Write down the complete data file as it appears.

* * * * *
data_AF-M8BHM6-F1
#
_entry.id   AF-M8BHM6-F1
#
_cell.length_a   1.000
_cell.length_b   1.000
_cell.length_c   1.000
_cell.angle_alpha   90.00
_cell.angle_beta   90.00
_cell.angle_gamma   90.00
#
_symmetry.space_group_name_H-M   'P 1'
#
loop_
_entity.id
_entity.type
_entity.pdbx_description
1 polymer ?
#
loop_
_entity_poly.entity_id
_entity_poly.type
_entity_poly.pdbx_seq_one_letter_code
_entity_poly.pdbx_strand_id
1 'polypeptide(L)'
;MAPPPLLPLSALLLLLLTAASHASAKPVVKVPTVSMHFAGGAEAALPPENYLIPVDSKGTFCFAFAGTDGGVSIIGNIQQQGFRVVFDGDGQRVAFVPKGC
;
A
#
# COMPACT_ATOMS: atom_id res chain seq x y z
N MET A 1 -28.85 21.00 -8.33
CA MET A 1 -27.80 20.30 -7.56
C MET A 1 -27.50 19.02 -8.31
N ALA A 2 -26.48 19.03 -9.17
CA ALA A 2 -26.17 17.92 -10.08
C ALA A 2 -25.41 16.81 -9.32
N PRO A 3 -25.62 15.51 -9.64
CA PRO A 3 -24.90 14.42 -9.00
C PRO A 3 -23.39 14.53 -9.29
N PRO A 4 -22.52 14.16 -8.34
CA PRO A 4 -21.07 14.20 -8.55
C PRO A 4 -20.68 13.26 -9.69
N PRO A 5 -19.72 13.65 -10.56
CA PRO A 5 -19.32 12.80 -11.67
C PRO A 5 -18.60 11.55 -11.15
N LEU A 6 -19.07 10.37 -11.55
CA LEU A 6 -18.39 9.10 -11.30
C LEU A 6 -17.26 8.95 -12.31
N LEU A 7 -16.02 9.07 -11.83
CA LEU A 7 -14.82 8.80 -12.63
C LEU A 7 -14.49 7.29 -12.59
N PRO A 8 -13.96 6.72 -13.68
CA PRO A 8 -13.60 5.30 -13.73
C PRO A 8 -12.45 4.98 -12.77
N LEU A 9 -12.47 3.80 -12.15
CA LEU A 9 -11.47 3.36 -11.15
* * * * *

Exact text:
data_AF-M8BHM6-F1
#
_entry.id   AF-M8BHM6-F1
#
_cell.length_a   1.000
_cell.length_b   1.000
_cell.length_c   1.000
_cell.angle_alpha   90.00
_cell.angle_beta   90.00
_cell.angle_gamma   90.00
#
_symmetry.space_group_name_H-M   'P 1'
#
loop_
_entity.id
_entity.type
_entity.pdbx_description
1 polymer ?
#
loop_
_entity_poly.entity_id
_entity_poly.type
_entity_poly.pdbx_seq_one_letter_code
_entity_poly.pdbx_strand_id
1 'polypeptide(L)'
;MAPPPLLPLSALLLLLLTAASHASAKPVVKVPTVSMHFAGGAEAALPPENYLIPVDSKGTFCFAFAGTDGGVSIIGNIQQQGFRVVFDGDGQRVAFVPKGC
;
A
#
# COMPACT_ATOMS: atom_id res chain seq x y z
N MET A 1 -28.85 21.00 -8.33
CA MET A 1 -27.80 20.30 -7.56
C MET A 1 -27.50 19.02 -8.31
N ALA A 2 -26.48 19.03 -9.17
CA ALA A 2 -26.17 17.92 -10.08
C ALA A 2 -25.41 16.81 -9.32
N PRO A 3 -25.62 15.51 -9.64
CA PRO A 3 -24.90 14.42 -9.00
C PRO A 3 -23.39 14.53 -9.29
N PRO A 4 -22.52 14.16 -8.34
CA PRO A 4 -21.07 14.20 -8.55
C PRO A 4 -20.68 13.26 -9.69
N PRO A 5 -19.72 13.65 -10.56
CA PRO A 5 -19.32 12.80 -11.67
C PRO A 5 -18.60 11.55 -11.15
N LEU A 6 -19.07 10.37 -11.55
CA LEU A 6 -18.39 9.10 -11.30
C LEU A 6 -17.26 8.95 -12.31
N LEU A 7 -16.02 9.07 -11.83
CA LEU A 7 -14.82 8.80 -12.63
C LEU A 7 -14.49 7.29 -12.59
N PRO A 8 -13.96 6.72 -13.68
CA PRO A 8 -13.60 5.30 -13.73
C PRO A 8 -12.45 4.98 -12.77
N LEU A 9 -12.47 3.80 -12.15
CA LEU A 9 -11.47 3.36 -11.15